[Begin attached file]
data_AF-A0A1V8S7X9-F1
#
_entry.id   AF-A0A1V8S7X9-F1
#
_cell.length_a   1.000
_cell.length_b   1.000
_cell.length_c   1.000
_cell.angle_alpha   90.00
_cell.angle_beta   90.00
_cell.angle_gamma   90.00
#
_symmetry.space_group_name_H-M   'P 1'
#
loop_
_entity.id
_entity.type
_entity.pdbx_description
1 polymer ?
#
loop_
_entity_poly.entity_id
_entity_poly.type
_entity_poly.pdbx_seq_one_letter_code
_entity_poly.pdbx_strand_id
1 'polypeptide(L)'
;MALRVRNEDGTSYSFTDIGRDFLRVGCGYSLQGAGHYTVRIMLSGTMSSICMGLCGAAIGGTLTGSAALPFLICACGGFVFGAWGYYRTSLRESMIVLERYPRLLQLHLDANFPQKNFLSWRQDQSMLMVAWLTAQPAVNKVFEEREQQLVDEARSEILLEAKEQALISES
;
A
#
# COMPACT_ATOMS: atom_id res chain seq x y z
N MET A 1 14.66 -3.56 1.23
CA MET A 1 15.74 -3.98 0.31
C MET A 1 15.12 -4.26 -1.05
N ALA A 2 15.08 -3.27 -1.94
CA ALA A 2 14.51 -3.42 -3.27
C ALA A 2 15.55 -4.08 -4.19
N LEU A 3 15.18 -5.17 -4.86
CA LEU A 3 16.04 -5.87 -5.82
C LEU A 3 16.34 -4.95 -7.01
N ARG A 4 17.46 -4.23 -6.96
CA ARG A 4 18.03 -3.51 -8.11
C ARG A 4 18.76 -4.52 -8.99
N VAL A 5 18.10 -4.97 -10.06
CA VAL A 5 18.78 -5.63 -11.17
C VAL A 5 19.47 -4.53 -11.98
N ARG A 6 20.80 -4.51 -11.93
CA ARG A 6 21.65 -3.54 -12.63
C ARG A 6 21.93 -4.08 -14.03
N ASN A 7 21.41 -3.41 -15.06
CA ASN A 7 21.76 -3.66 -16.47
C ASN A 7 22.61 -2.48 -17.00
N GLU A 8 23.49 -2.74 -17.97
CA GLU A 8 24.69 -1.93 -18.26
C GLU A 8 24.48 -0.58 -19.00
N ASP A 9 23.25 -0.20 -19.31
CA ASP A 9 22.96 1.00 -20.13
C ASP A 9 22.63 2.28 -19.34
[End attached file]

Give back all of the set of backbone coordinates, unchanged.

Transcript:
data_AF-A0A1V8S7X9-F1
#
_entry.id   AF-A0A1V8S7X9-F1
#
_cell.length_a   1.000
_cell.length_b   1.000
_cell.length_c   1.000
_cell.angle_alpha   90.00
_cell.angle_beta   90.00
_cell.angle_gamma   90.00
#
_symmetry.space_group_name_H-M   'P 1'
#
loop_
_entity.id
_entity.type
_entity.pdbx_description
1 polymer ?
#
loop_
_entity_poly.entity_id
_entity_poly.type
_entity_poly.pdbx_seq_one_letter_code
_entity_poly.pdbx_strand_id
1 'polypeptide(L)'
;MALRVRNEDGTSYSFTDIGRDFLRVGCGYSLQGAGHYTVRIMLSGTMSSICMGLCGAAIGGTLTGSAALPFLICACGGFVFGAWGYYRTSLRESMIVLERYPRLLQLHLDANFPQKNFLSWRQDQSMLMVAWLTAQPAVNKVFEEREQQLVDEARSEILLEAKEQALISES
;
A
#
# COMPACT_ATOMS: atom_id res chain seq x y z
N MET A 1 14.66 -3.56 1.23
CA MET A 1 15.74 -3.98 0.31
C MET A 1 15.12 -4.26 -1.05
N ALA A 2 15.08 -3.27 -1.94
CA ALA A 2 14.51 -3.42 -3.27
C ALA A 2 15.55 -4.08 -4.19
N LEU A 3 15.18 -5.17 -4.86
CA LEU A 3 16.04 -5.87 -5.82
C LEU A 3 16.34 -4.95 -7.01
N ARG A 4 17.46 -4.23 -6.96
CA ARG A 4 18.03 -3.51 -8.11
C ARG A 4 18.76 -4.52 -8.99
N VAL A 5 18.10 -4.97 -10.06
CA VAL A 5 18.78 -5.63 -11.17
C VAL A 5 19.47 -4.53 -11.98
N ARG A 6 20.80 -4.51 -11.93
CA ARG A 6 21.65 -3.54 -12.63
C ARG A 6 21.93 -4.08 -14.03
N ASN A 7 21.41 -3.41 -15.06
CA ASN A 7 21.76 -3.66 -16.47
C ASN A 7 22.61 -2.48 -17.00
N GLU A 8 23.49 -2.74 -17.97
CA GLU A 8 24.69 -1.93 -18.26
C GLU A 8 24.48 -0.58 -19.00
N ASP A 9 23.25 -0.20 -19.31
CA ASP A 9 22.96 1.00 -20.13
C ASP A 9 22.63 2.28 -19.34